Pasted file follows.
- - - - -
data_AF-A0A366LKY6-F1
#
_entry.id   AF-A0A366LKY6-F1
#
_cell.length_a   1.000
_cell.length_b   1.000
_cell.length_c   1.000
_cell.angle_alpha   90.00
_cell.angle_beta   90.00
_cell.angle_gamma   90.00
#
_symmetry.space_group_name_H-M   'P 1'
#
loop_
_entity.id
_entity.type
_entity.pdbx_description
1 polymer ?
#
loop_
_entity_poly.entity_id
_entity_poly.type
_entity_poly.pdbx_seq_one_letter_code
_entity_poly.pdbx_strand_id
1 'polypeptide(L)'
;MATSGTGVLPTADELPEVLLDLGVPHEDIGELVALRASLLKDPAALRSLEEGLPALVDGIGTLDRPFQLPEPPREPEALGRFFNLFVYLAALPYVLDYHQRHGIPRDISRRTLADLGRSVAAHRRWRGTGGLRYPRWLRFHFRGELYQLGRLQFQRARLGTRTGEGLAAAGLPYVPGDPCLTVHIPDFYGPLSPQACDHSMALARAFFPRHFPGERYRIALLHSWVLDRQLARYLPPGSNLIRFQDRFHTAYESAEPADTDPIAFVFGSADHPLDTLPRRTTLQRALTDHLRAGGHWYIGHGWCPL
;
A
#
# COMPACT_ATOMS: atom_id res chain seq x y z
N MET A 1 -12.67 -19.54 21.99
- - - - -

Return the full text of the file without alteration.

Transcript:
data_AF-A0A366LKY6-F1
#
_entry.id   AF-A0A366LKY6-F1
#
_cell.length_a   1.000
_cell.length_b   1.000
_cell.length_c   1.000
_cell.angle_alpha   90.00
_cell.angle_beta   90.00
_cell.angle_gamma   90.00
#
_symmetry.space_group_name_H-M   'P 1'
#
loop_
_entity.id
_entity.type
_entity.pdbx_description
1 polymer ?
#
loop_
_entity_poly.entity_id
_entity_poly.type
_entity_poly.pdbx_seq_one_letter_code
_entity_poly.pdbx_strand_id
1 'polypeptide(L)'
;MATSGTGVLPTADELPEVLLDLGVPHEDIGELVALRASLLKDPAALRSLEEGLPALVDGIGTLDRPFQLPEPPREPEALGRFFNLFVYLAALPYVLDYHQRHGIPRDISRRTLADLGRSVAAHRRWRGTGGLRYPRWLRFHFRGELYQLGRLQFQRARLGTRTGEGLAAAGLPYVPGDPCLTVHIPDFYGPLSPQACDHSMALARAFFPRHFPGERYRIALLHSWVLDRQLARYLPPGSNLIRFQDRFHTAYESAEPADTDPIAFVFGSADHPLDTLPRRTTLQRALTDHLRAGGHWYIGHGWCPL
;
A
#
# COMPACT_ATOMS: atom_id res chain seq x y z
N MET A 1 -12.67 -19.54 21.99